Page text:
Napoleon's efforts to block foreign trade with England by forbidding Importation of British goods Into Europe.
a conflict, lasting from 1808 to 1813, in which Spanish Rebels, with the aid of British forces, fought to drive Napoleons French troops out of Spain.
Baron von Stein
During Napoleon, Along with Count von Hardenberg, He was responsible for many Prussian administrative and social reforms. He looked to fight French power, not to reduce the power of the monarch.
army of 500,000 men made by Napoleon to beat Alexander I when he refused to obey the Continental System
Patriotic war of 1812
When Napoleon invades Russia when 150,000 men are killed because Russia just didnt fight back and winters were cold as hell; didnt have supplies
Battle of the Nations
While Britain forces under Duke of Wellington push into France through Spain, a combined Russia, Prussian, and Austrian force enter eastern France.
Duke of Wellington
British soldier and statesman; he led the British troops against Napoleon at the Battle of Waterloo
Battle of Waterloo
the battle on 18 June 1815 in which Napoleon met his final defeat
The brief period during 1815 when Napoleon made his last bid for power, deposing the French King and again becoming Emperor of France
Congress of Vienna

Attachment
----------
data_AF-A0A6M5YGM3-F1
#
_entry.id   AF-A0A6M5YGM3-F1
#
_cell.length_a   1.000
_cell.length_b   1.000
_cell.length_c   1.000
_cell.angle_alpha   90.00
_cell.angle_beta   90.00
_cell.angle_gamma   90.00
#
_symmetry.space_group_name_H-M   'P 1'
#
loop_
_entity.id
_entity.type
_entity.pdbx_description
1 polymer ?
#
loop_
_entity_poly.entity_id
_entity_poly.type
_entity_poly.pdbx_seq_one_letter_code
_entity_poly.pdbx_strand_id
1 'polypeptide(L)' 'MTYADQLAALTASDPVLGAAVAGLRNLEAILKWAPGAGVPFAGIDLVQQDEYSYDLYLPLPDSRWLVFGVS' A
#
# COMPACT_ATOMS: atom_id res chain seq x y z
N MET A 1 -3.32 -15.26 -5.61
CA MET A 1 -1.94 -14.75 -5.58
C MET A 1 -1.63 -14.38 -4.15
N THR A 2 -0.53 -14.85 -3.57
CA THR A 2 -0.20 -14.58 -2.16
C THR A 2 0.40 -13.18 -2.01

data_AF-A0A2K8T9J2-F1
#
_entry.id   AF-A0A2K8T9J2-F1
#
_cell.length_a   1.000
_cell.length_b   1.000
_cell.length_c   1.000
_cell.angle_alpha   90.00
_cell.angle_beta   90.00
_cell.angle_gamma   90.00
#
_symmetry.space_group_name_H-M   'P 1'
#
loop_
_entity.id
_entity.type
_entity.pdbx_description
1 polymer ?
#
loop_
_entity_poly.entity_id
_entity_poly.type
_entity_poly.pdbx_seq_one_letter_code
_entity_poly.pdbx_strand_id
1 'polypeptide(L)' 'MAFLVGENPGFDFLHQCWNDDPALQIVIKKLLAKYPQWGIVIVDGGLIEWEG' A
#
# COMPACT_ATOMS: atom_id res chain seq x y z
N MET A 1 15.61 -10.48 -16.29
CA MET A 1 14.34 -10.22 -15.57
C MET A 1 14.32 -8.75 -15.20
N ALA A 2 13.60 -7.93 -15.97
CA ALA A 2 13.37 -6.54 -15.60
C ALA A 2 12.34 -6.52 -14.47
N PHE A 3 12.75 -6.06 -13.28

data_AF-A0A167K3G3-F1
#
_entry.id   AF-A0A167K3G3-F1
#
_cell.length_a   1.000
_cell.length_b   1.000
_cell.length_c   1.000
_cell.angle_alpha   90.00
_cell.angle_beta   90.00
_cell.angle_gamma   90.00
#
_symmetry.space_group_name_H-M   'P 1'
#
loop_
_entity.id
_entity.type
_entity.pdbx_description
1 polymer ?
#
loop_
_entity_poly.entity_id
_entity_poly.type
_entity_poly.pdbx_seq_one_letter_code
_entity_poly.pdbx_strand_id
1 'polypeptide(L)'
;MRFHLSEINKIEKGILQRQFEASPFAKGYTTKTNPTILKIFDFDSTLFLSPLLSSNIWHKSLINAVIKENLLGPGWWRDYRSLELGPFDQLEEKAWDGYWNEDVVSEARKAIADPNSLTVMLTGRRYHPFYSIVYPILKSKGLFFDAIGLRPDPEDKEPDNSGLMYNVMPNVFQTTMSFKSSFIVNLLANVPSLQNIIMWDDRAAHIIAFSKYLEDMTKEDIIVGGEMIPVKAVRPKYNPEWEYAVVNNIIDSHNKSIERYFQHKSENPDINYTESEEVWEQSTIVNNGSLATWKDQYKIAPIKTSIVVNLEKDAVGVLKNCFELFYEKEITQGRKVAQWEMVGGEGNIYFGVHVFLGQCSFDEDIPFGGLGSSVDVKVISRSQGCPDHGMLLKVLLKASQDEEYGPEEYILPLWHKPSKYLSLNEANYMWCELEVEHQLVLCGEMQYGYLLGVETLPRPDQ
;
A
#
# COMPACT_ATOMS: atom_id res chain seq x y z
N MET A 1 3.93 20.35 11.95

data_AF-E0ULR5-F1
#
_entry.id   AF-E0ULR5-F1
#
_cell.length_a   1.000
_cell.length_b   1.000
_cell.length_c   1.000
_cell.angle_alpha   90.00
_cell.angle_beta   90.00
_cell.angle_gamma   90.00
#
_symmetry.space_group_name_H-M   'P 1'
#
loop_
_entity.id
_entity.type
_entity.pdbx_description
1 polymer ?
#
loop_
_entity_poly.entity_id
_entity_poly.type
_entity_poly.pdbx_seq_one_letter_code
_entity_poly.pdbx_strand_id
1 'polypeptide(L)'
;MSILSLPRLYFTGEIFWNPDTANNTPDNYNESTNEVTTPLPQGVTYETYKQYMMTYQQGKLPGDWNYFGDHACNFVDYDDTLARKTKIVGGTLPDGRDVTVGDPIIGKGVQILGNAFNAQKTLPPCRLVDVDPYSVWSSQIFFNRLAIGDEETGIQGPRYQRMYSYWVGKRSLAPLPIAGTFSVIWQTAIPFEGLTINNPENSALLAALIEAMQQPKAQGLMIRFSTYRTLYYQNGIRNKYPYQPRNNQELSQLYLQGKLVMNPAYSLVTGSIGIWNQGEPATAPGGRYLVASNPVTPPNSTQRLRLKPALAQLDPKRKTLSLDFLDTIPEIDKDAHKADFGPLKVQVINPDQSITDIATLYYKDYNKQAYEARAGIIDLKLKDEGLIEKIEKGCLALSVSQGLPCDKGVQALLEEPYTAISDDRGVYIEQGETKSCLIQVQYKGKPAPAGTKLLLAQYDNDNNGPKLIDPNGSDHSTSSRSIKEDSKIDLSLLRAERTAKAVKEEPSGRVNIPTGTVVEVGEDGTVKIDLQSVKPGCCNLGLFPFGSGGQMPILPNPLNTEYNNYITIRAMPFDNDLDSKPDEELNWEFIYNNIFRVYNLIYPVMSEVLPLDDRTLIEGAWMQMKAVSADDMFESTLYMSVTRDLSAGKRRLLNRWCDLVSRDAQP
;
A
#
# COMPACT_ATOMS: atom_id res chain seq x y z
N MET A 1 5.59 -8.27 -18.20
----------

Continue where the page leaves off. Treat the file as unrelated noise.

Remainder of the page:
Meeting of representatives of European monarchs called to reestablish the old order after the defeat of Napoleon I
First Peace of Paris
Signed by the Allies with France in May 1814 and reestablished the French frontiers at the 1792 boundaries
Second Peace of Paris
declared French frontiers restricted to the boundaries of 1790 and exacted from France an indemnity of 700 million francs. Also required France to return stolen art treasures.
French representative at the Congress of Vienna and limited the demands of other countries upon the French.
Frederick William III
Prussian Rep at Congress of Vienna
Russian rep at Congress of Vienna
British representative at Congress of Vienna.
(1814-1824) Restored Bourbon throne after the Revoltion. He accepted Napoleon's Civil Code (principle of equality before the law), honored the property rights of those who had purchased confiscated land and establish a bicameral (two-house) legislature consisting of the Chamber of Peers (chosen by king) and the Chamber of Deputies (chosen by an electorate).
Austrian foreign minister who basically controlled the Congress of Vienna. Wanted to promote peace, conservatism, and the repression of libaral nationalism throughout Europe.
This was the alliance between Great Britain, Austria, Russia, and Prussia after the Napoleonic era
A league of European nations formed by the leaders of Russia, Austria, and Prussia after the Congress of Vienna